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    Chapter 15

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    Chapter 15
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    Winter was coming, and the farm-workers moved to the cities; but this year they did not go as down-and-out-o'-works--they went, each man a little kink. Jimmie wandered into the city of Ironton, and got himself a job in a big automobile shop at eight dollars a day, and set to work agitating for ten dollars. It was not that he had any need of the extra two dollars, of course, but merely because his first principle in life was to make trouble for the profit-system. The capitalist papers of this middle-Western metropolis were furiously denouncing working-men who struck "against their country" in war-time; Jimmie, on the other hand, denounced those who used "country" as camouflage for "boss" and made the war a pretext to deprive labour of its most precious right.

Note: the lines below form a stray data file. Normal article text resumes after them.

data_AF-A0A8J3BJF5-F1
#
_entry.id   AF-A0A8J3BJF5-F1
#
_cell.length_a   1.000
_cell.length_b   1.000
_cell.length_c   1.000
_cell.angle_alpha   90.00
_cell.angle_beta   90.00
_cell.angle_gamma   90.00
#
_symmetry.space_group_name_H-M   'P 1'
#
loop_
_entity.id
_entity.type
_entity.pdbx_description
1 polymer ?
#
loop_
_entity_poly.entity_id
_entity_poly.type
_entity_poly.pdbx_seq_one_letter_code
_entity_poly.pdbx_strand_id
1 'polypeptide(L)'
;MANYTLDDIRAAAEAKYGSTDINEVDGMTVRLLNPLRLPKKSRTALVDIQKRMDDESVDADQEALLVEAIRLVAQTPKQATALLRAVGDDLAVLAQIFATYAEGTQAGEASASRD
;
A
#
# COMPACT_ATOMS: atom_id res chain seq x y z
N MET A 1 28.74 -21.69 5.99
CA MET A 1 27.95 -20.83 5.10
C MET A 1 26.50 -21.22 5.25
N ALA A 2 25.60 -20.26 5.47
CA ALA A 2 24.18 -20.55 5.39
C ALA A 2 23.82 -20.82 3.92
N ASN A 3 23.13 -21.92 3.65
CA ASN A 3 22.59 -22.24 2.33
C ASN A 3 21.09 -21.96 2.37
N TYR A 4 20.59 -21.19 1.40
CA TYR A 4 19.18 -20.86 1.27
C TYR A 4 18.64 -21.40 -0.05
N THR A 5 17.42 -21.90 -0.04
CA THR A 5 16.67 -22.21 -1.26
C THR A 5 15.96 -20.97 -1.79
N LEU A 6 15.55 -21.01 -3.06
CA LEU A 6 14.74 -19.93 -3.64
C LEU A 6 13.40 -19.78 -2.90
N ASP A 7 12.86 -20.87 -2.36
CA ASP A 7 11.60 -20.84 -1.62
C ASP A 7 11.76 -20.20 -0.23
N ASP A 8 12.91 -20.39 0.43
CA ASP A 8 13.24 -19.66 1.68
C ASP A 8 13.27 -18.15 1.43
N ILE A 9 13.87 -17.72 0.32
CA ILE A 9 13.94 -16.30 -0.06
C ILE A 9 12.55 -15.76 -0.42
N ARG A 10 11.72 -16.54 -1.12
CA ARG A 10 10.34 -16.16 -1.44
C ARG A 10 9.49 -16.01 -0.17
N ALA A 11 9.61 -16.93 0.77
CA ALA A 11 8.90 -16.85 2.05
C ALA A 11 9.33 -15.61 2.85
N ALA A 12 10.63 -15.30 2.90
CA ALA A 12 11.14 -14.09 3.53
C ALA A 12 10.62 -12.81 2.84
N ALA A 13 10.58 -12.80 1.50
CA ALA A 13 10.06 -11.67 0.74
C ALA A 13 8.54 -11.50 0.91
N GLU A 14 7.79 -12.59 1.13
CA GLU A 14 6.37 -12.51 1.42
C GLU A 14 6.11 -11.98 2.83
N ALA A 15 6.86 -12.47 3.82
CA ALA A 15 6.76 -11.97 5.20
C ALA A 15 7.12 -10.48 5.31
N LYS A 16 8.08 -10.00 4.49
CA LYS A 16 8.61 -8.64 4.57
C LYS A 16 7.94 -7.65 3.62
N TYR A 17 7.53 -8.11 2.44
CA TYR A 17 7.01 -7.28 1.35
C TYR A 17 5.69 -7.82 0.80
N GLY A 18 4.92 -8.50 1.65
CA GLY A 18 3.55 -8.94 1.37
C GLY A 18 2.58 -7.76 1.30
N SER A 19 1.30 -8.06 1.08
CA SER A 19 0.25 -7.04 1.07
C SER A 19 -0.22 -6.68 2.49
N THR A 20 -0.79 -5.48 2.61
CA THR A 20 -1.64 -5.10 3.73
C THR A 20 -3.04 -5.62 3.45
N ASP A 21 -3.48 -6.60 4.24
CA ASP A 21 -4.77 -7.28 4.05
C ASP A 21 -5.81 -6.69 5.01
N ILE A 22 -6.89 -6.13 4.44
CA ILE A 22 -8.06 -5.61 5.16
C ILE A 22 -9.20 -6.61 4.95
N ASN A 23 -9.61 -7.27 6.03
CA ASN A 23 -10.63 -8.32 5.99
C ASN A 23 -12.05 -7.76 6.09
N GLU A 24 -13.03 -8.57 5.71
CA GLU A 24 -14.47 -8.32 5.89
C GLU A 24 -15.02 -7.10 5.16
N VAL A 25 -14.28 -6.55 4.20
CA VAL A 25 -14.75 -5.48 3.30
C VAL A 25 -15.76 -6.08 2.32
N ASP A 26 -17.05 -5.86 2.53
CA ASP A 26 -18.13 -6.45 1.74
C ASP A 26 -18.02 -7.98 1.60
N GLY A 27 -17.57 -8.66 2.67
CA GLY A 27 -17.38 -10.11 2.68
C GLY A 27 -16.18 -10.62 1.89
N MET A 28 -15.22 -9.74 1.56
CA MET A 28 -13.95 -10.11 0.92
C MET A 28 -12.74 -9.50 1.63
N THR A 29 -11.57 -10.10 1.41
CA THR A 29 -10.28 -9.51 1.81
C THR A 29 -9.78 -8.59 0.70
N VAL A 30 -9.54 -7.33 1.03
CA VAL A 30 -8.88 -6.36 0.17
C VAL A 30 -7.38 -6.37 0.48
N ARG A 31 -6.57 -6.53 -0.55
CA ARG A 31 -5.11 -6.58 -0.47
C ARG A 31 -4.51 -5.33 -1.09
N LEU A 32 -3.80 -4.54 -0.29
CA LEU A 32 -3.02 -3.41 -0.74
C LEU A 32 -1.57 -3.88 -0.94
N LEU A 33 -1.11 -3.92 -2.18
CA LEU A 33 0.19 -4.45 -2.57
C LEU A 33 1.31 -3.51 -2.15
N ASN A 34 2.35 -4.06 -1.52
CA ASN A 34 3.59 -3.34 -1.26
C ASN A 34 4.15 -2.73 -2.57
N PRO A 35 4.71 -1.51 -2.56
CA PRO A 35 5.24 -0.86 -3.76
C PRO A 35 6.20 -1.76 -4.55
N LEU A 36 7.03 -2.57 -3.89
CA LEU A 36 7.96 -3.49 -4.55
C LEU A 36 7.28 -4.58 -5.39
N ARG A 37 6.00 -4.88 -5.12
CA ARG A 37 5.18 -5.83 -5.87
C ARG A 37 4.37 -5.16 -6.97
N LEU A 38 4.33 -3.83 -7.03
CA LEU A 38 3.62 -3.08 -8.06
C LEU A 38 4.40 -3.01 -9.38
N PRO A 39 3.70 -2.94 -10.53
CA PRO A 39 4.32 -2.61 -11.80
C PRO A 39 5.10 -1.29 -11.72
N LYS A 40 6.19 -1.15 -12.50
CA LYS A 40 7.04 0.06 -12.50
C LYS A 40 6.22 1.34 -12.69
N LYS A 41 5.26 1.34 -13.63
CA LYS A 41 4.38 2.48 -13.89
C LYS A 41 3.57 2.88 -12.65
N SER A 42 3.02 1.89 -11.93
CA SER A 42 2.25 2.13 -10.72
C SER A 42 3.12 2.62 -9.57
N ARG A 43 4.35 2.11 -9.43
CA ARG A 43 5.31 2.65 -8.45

There was a Socialist local in Ironton, still active and determined in spite of the fact that its office had been raided by the police, and most of the party's papers and magazines barred from the mails. You could always get leaflets printed, however; and if you could no longer denounce the war directly, you could jeer at England's exhibition of "democracy" in Ireland, you could point to the profits of the profiteers, and demand conscription of wealth along with conscription of manhood. Some American Socialists became almost as subtle as that German rebel of pre-war days, who, desiring to lampoon the Kaiser, wrote an account of the life of the Roman Emperor Agricola, reciting his vanities and insane extravagances.